Ethiopia should slow the construction of Africa’s largest hydropower plant to avoid the dam and other projects starving the rest of the economy of funds, the International Monetary Fund said.
The government began work on the Grand Ethiopian Renaissance Dam, situated on the Blue Nile River near the Sudanese border, in April last year. The 80 billion-birr ($4.5 billion) project that will generate 6,000 megawatts, partly for export to the region, is scheduled to be completed in 2018.
“I think there’s a need to rethink some of those projects a little bit to make sure that they don’t absorb all domestic financing just for that project,” IMF country representative Jan Mikkelsen told reporters yesterday. “If you suck in all domestic financing to just a few projects that money will be used for this and not for normal trade and normal business.”
Ethiopia, the world’s fifth-biggest coffee producer, is seeking to diversify its economy to reduce a reliance on agriculture for 43 percent of total output. Ethiopian Electric Power Corp., the state-owned utility, began exports to neighboring Djibouti in May 2010 and plans to ship as much as 2,000 megawatts to Egypt and 1,200 megawatts to Sudan by 2020. Power exports to those nations may earn about $1.6 billion a year, according to Access Capital, the Addis Ababa-based research company.
The delayed return on investments for long-term projects increases the need to ensure they don’t absorb all domestic financing as they’re being built, Mikkelsen said.
Ethiopia’s government won’t reschedule construction of the Grand Renaissance dam, said Communications Minister Bereket Simon, who co-chairs a fundraising committee for the plant.
“It was a well-considered plan and it’s one of the mega projects for which the government commits itself unconditionally,” Bereket said in a phone interview yesterday.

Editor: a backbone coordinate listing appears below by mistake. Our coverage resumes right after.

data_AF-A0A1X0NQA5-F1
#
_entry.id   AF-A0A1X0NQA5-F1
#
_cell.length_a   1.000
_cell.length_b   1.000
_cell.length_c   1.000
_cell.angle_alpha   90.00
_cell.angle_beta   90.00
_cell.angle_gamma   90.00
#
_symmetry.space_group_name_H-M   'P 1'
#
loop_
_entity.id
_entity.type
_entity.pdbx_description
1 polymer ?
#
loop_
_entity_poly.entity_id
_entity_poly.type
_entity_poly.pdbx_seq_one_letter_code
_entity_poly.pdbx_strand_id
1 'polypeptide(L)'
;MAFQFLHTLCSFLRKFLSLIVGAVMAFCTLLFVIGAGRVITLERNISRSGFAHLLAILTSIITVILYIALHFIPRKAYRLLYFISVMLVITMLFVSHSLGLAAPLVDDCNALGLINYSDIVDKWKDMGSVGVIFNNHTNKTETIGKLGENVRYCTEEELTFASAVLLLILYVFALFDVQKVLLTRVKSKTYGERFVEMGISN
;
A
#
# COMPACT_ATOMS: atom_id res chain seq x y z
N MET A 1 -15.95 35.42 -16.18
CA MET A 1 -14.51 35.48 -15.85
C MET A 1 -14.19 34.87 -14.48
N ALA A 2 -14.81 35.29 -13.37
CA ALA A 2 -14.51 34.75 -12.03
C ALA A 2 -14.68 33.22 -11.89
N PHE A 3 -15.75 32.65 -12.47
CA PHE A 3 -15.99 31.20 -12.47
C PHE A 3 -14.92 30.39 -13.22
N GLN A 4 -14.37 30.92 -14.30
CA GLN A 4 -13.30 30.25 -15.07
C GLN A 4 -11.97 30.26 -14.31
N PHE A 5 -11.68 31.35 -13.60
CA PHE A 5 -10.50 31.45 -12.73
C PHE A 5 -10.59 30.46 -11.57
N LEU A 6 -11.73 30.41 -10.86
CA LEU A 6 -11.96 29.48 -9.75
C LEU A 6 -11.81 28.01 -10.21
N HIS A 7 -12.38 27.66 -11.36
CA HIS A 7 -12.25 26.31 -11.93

In the current fiscal year that ends next July, Ethiopia plans to invest 144 billion birr, about 16 percent of gross domestic product, in industrial development, transport, telecommunications, energy and housing, according to the government’s five-year growth plan.
The Grand Renaissance dam is being funded by Ethiopians as foreign lenders were unwilling to finance it because of Egypt’s historical refusal to sanction development projects on the river, according to Ethiopia’s government. As much as 5 billion birr has been raised for the project so far from the public by selling bonds that pay 5.5 or 6 percent interest, Bereket said.
In April 2011, the government introduced a requirement for banks to purchase National Bank of Ethiopia securities worth 27 percent of each loan they disburse. The measure raised 12.6 billion birr for the government to invest in infrastructure projects in its first 16 months, according to Access Capital.
The regulation is “too onerous” and the fund has suggested an adjustment so banks can still fund state investments while freeing up more credit for private enterprises, Mikkelsen said.
Ethiopia’s economy grew 7 percent in the 12 months to July 7 and 7.5 percent the previous year, according to the IMF. Inflation is projected to slow to 25.4 percent by the end of this year from 38.1 percent a year earlier, according to data on the lender’s website.
Ethiopian officials have vowed to implement the industrialization program of former Prime Minister Meles Zenawi, who died last month. Meles aimed to transform Ethiopia into a middle-income nation by 2025.
“This is the brainchild of the late prime minister and we want to show commitment to his vision,” Bereket said.